The film in question, is called… Okay, hold on one second. The name of this movie doesn’t sound all that threatening nor horror-ish by any regard, but trust me, it’s more than worth a look. It is called “The Shining”. It is literally one of the greatest underground cinematic creations I’ve ever had the pleasure of viewing. I’m humbled by the fact that I now get the chance to introduce all of you to its majesty. In this movie, a family moves into a giant hotel when Jack Torrence, the father, gets a job as the caretaker during its off-season. Jack is played by Jack Nicholson(most people know him from The Departed and for the Saturday Night Live 40th Anniversary Special). He and his family, comprised of a small psychic child named Danny and Olive Oil, arrive at the Overlook Hotel and are greeted by its chef, Dick Halloran. The chef, who sounds a lot like Hong Kong Phooey, offers Danny some ice cream with his brain. Creepy. He then explains to Danny that he shared a telepathic ability with his grandmother when he was young. They called this ability, “shining”. Just so you know, that’s why the movie is called “The Shining”. After Dick leaves, the family begins to live their normal lives. However, over the course of their stay, Jack begins to slowly drift into madness from not just the solitude, but from ghosts!

After being persuaded by a phantom bartender to unleash his true power(possibly a reference to Dragonball Z)and becoming borderline Emily Rose possessed in the process, he tries to off his family by any means necessary. Once Shelley Duvall realizes her husband has written the most redundant novel of all time, she hits him over the face with a bat and locks his demonic ass in the freezer. But, just as a huge plot twist occurs, he escapes from his frost bitten tomb. Chasing his family through the giant hotel, axe in tow, Jack won’t let any number of Johnny Carson allusions slow him down from going Tin Man on his pack. Danny summons Dick to come and fight with them, but Jack axes him why he came back before he can be of any use. Danny then leads his fiendish father into the old heart of a hedge maze. Here, he outsmarts his disillusioned dad and leaves him to chill out while Danny and Olive snowmobile it back to civilization.

The Shining is a terrific example of how arthouse and horror can truly meld together in one epic demonstration, without either aspect overpowering the other. But while on this subject, can I just point out how amazingly shot this film is? Seriously, this director(Stanley Kubrick)knows his stuff. Every shot is meticulously crafted for perfect symmetry. It’s as if every landscape is treated like Olivia Wilde’s face. Not a single element is off point. It’s as if he filmed everything over 100 times or something until he got it right. Not that he did that or anything, but i’d seriously believe it if you told me otherwise. I also find it weird how his use of back drops and color seem to conflict with the how you’d think a hotel would actually look. This whole Native American looking theme just seems out of place… Seriously, if you don’t have a deeper meaning for how you dress your set, just keep it believable, jeez… Yet, for something so original, even as an adaptation, I can’t whole heartedly say it was a stand alone piece. This film is apparently a prequel to Mick Garris’ multipart masterpiece known only as, “Stephen King’s The Shining”. I can see the similarities, but to avoid confusion or bias, I will not be covering that any further. Lastly, I think it’s safe to say that there is actually a documentary about this film! Yeah, I know right? It’s strange, but awesome to know that such an obscure piece of movie history actually had a non-fiction counterpart made for it. Sadly though, “Room 237” mainly just talks about Apollo 11, which I’m sure has nothing to do with “The Shining”, nor those involved.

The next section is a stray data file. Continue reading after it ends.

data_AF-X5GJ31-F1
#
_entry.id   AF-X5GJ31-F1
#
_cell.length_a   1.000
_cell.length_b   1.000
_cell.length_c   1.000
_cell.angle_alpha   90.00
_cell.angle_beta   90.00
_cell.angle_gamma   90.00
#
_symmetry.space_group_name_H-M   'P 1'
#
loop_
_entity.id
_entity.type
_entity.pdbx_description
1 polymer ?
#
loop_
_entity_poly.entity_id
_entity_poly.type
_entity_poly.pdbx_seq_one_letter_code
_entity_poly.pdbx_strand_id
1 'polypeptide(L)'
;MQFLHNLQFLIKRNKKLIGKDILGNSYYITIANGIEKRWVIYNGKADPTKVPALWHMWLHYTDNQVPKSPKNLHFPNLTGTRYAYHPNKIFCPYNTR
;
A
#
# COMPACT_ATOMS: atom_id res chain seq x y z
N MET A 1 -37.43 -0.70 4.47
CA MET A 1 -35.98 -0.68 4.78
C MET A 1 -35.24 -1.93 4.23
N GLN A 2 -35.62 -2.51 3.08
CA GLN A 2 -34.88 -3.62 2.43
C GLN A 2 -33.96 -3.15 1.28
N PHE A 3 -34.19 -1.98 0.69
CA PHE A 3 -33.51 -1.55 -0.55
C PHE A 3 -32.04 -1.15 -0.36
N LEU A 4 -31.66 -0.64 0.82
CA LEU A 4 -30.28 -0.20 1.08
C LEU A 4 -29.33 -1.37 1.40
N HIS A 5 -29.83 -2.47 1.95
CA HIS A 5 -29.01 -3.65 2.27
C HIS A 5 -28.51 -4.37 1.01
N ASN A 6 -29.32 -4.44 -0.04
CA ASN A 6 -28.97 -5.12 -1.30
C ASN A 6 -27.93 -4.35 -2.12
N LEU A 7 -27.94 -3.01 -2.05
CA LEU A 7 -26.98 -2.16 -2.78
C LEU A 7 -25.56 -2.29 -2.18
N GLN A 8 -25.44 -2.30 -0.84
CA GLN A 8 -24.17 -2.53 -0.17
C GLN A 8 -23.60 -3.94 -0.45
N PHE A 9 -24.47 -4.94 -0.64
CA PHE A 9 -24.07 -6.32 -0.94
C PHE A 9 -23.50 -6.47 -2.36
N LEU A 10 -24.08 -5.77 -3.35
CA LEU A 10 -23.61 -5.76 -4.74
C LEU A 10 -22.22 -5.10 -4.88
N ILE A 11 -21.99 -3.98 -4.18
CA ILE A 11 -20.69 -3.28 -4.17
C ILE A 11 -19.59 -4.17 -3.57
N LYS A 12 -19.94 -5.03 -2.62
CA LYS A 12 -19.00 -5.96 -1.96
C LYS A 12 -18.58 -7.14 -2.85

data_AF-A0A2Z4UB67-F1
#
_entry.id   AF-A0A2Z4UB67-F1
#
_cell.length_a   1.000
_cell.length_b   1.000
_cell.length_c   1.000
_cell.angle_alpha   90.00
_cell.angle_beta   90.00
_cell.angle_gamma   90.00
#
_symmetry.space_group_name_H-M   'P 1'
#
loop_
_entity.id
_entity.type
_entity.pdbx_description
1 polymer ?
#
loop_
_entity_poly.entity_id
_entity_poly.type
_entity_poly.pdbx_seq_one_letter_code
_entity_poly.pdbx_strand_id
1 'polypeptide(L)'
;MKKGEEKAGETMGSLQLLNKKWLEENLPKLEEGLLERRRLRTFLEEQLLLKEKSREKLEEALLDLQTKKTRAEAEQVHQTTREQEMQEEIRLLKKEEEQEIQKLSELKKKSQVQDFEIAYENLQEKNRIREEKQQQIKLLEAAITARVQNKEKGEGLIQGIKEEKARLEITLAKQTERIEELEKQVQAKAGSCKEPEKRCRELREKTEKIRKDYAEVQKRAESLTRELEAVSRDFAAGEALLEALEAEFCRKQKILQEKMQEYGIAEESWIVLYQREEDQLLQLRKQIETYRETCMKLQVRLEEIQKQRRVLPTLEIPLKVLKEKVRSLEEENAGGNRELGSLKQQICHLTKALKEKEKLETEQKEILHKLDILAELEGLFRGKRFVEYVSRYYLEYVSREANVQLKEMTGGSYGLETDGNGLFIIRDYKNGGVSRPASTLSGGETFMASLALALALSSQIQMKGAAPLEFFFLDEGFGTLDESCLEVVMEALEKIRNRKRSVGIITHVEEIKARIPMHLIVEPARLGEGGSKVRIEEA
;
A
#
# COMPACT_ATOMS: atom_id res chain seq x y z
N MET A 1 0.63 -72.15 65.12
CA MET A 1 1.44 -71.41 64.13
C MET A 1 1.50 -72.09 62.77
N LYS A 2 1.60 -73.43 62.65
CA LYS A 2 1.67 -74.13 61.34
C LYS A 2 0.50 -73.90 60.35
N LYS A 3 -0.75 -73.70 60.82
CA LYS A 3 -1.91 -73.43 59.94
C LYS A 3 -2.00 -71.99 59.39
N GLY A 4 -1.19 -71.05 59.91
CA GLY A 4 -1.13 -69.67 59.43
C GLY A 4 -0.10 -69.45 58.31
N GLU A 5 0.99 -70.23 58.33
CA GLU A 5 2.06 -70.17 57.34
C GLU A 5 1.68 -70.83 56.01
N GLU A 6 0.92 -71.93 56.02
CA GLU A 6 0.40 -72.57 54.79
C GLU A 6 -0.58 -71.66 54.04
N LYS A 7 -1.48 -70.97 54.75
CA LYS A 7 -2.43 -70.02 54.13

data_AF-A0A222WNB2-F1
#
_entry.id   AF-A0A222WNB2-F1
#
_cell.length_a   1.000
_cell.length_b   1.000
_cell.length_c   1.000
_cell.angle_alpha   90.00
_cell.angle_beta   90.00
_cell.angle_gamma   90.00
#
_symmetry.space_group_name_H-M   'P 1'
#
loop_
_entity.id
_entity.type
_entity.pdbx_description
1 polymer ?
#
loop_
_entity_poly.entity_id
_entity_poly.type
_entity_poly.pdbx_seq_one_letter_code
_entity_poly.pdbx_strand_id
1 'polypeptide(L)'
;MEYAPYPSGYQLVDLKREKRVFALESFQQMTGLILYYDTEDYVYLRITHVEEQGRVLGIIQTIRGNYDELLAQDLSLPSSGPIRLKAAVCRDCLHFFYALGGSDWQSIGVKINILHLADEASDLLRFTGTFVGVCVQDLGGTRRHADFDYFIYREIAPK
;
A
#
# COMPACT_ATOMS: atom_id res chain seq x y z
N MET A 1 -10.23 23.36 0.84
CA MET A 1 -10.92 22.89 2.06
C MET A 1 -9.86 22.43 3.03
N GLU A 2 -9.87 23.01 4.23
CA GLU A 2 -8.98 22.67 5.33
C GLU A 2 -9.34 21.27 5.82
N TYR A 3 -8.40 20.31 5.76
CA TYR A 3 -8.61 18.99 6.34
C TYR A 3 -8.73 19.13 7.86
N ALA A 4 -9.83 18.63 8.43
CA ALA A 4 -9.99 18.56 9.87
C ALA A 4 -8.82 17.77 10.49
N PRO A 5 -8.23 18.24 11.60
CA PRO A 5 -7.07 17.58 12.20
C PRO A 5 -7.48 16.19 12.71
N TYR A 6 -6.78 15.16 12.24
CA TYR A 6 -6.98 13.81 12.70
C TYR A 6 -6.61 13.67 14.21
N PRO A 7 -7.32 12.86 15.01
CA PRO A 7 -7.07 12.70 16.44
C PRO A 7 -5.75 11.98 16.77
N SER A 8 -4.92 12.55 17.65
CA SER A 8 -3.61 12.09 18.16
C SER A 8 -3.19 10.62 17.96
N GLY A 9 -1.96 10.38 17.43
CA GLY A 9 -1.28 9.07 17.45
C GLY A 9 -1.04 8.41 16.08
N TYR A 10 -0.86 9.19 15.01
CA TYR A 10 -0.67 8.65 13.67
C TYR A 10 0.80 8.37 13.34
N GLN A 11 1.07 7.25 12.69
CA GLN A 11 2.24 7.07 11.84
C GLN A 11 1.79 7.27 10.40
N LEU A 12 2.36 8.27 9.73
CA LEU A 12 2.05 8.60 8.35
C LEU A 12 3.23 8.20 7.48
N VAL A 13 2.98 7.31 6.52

Hopefully we will see The Criterion Collection pick up this lost film in the future, as it truly needs an audience. No fooling, It’s blasphemy knowing it may not ever get the royal treatment though. Sad days my friends. Well, that’s that as they say. My stay here at the Overlook Hotel is complete, so before I murder my family in a fit of rage, I’d like to say; Bye, thanks for reading and that I hope this fine April 1st brings you all a fresh new start.

– Sterling “The Spork Guy” Anno